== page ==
Sunday, March 1, 2015

Spiritually Speaking: What in the World Is Good?

Many good things are happening in our congregation!

I want to extend my deep gratitude to the members of the ADORE (A Dialogue On Race and Ethnicity) Team for their creativity, passion, and vision that helped to make this year’s Black History Month celebration a success.  For the first time in our congregation’s history, we took the entire month of February and set aside business as usual.  We moved beyond the annual sermon on Dr. Martin Luther King Sunday into a deeper commitment to cherish diversity. 

This past month, we heard from members of our congregation about their vision for multiculturalism alongside the struggle within our community to sustain multiculturalism.  We listened to the words of Rev. Anthony Smith and the insistence to know subaltern histories.  We bore witness to Dot Counts Scoggins in her walk of faith and honored her as a living legacy. And just this past Sunday we listened to the brilliance of Angela RenĂ©e Simpson and Dr. Carl DuPont as they shared the poetry, philosophy and pain which created African American spirituals.  If you missed these Sundays, I encourage you to visit our past sermons section of our website,, to hear some of the services.  Thank you to Michelle Boesch, Eva Dew Danner, Anne Laukaitis, Ilene McFarland, Lauren Neal, Arvind Patil, and Christine Robinson for making this incredible month possible.  And thank you to Lisa Dickinson for putting the finishing touches on our congregational mosaic.  Look for it in the sanctuary this coming Sunday! 

When we dream together amazing worlds can be born into being.

In this time of appreciation, I also want to lift up my gratitude for the incredible music ministry of Dr. Carl DuPont and the soul-nourishing music being offered by the members of our Piedmont UU Choir.  In just six weeks of rehearsals, our choir has sung on three Sundays and helped to participate in last week’s music Sunday.  Their voices fill the sanctuary with robust, responsive and refulgent sound.  I do believe our choir may soon sing Spring into our midst from this extended North Carolina winter.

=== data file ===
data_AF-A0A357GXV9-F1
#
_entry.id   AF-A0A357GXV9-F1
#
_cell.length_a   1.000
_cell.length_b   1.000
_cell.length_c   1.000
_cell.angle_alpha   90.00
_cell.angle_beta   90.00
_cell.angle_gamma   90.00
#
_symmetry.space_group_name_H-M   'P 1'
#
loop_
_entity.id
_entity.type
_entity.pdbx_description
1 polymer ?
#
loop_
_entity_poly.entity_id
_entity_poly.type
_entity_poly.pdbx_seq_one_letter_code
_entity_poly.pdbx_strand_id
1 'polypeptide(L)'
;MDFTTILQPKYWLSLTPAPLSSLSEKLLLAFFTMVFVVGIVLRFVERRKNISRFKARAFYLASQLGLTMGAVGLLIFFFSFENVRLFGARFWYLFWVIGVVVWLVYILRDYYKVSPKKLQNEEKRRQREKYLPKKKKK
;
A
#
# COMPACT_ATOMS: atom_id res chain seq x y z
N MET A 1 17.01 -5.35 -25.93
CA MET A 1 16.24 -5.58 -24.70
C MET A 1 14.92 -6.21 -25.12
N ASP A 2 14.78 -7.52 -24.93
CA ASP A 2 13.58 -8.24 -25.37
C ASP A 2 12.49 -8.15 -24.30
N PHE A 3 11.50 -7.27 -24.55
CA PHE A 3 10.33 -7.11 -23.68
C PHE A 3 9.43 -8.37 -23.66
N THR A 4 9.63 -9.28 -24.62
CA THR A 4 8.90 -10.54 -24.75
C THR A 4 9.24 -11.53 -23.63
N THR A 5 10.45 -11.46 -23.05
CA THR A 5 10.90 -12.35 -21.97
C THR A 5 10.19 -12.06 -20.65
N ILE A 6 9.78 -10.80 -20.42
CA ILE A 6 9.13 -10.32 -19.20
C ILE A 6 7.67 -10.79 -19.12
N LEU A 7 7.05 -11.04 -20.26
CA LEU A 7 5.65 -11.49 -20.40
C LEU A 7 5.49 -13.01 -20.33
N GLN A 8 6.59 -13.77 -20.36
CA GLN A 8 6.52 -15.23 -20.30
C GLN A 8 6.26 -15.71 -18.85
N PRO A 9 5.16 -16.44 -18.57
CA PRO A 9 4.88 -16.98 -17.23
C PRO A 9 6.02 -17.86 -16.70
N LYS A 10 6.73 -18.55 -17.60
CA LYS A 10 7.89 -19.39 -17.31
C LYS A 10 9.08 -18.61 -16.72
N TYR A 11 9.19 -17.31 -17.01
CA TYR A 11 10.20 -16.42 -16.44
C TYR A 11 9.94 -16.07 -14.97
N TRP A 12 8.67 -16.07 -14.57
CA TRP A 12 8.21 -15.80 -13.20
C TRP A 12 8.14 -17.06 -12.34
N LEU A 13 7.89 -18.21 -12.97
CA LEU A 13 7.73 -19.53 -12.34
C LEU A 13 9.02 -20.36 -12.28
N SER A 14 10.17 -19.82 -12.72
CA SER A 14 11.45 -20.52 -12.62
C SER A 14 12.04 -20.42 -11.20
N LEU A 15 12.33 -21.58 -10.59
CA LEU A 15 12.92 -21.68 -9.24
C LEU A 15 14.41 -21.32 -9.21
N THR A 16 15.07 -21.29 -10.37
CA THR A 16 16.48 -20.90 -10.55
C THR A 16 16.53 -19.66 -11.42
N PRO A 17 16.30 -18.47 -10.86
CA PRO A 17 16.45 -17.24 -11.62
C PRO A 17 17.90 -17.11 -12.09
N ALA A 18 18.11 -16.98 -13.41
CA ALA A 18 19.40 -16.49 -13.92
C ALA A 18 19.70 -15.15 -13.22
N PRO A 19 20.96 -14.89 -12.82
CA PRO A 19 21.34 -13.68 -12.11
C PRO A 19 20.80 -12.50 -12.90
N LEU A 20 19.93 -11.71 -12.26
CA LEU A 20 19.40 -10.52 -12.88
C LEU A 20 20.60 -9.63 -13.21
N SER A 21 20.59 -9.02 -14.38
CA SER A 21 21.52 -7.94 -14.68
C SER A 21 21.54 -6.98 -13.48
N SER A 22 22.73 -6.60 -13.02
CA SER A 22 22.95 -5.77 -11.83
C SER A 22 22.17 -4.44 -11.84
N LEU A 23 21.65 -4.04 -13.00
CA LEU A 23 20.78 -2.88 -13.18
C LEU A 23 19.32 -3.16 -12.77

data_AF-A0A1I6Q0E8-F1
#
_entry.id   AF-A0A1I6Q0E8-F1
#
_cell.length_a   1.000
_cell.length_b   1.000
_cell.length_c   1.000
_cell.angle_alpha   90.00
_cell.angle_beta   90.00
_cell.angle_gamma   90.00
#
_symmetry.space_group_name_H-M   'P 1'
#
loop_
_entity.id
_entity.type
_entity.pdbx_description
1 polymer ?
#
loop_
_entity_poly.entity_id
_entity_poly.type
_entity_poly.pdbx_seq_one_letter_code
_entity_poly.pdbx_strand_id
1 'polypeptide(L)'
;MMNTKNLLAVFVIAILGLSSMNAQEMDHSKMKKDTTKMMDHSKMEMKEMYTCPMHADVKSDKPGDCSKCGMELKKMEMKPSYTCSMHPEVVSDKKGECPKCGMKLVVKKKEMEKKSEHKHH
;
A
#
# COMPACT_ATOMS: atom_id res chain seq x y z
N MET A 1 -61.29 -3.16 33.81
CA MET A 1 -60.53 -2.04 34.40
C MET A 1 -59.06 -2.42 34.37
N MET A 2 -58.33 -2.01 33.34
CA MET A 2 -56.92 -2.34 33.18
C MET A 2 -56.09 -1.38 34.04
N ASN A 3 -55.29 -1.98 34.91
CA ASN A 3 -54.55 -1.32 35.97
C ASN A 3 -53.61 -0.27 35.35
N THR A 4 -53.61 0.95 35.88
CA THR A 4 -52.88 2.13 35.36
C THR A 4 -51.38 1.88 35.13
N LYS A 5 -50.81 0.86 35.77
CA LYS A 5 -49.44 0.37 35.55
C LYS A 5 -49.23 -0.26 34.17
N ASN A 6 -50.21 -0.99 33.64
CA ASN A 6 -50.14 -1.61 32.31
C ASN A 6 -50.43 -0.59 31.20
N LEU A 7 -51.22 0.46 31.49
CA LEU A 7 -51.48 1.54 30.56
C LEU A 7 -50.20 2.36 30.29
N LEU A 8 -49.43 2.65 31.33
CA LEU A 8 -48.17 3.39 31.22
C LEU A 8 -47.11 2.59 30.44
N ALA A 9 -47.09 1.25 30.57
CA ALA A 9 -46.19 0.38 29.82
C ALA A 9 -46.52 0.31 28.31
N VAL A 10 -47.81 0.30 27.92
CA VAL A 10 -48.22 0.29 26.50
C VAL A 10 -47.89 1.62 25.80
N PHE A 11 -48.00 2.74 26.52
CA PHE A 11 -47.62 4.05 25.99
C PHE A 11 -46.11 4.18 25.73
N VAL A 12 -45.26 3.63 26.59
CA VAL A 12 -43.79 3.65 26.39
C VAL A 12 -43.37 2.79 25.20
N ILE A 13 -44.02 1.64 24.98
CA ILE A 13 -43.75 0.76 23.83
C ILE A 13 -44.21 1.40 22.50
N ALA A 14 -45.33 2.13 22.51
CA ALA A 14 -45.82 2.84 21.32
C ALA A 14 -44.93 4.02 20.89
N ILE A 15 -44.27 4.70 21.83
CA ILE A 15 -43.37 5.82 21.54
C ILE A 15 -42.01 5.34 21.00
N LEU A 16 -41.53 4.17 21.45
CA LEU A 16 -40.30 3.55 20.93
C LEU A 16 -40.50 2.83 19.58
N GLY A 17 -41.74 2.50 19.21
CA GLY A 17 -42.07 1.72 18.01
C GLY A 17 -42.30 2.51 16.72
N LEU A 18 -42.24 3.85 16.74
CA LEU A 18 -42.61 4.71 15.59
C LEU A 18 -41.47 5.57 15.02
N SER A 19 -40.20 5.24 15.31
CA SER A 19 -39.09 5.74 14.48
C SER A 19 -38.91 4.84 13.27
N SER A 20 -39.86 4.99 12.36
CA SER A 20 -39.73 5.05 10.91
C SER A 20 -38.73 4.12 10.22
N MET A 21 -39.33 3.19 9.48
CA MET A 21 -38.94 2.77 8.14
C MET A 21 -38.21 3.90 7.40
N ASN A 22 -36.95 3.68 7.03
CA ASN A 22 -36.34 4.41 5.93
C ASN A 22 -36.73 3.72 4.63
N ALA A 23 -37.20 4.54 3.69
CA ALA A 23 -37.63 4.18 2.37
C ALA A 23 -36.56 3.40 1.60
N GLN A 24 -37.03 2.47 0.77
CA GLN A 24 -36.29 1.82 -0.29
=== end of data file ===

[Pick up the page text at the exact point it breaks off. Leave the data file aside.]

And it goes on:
Good things are happening. I am so grateful to the many in our community who give of what they can to nurture the spirit and heal our world.

This coming month, we are focusing our time on the monthly theme of gratitude. 
When I was in seminary, one of my advisors implored me to share my spiritual practices.  She instructed us all that spiritual practices were central to one’s ministry. She quoted Harry Scholefield, minister emeritus of San Francisco’s First Unitarian Church. “If you do not maintain a spiritual practice you shall dry up and blow away.”  For a long time I searched for a practice that I could maintain daily.  I have many, many spiritual practices from yoga to prayer and textual studies, but I tend to jump from one practice to the next.  I wanted to feel that sense of depth born from commitment.  It took me years to realize that I did have an intuitive spiritual practice.   I had a spiritual practice I engaged every day.

This practice is so simple and yet powerful, I’ve maintained it without even realizing it.  This spiritual discipline companions me in marches, protests and rallies for justice.  It is what has helped me through some of the most desperate and despairing times in my life.


Seeking meaningful ways to give thanks and appreciate the world around me has sustained me and called me to give back to this earth and her people.  From journaling to notes of appreciation and even to taking the time to pause and see the world around me, I offer thanks at least a dozen times a day.  The writer Anne Lamott reminds us that there are really only three central prayers, “help, thanks, wow.”  I’d been praying “thanks” my whole life.

This is not to say that my life is perfect.  Nor is it to say that my gratitude becomes a numbing medicine from the world’s pain and my own pain. Indeed it is a balance of saving and savoring the world.  But in that balance, I believe we discover the spark at the core of our mission statement and ultimately the light within Unitarian Universalism.
I hope you will join us this month as we explore the spiritual practices of gratitude and the ways in which gratitude are essential to our faith as Unitarian Universalists and our commitment to heal the world.

With appreciation for the ministry and vision we share,

Rev. Robin

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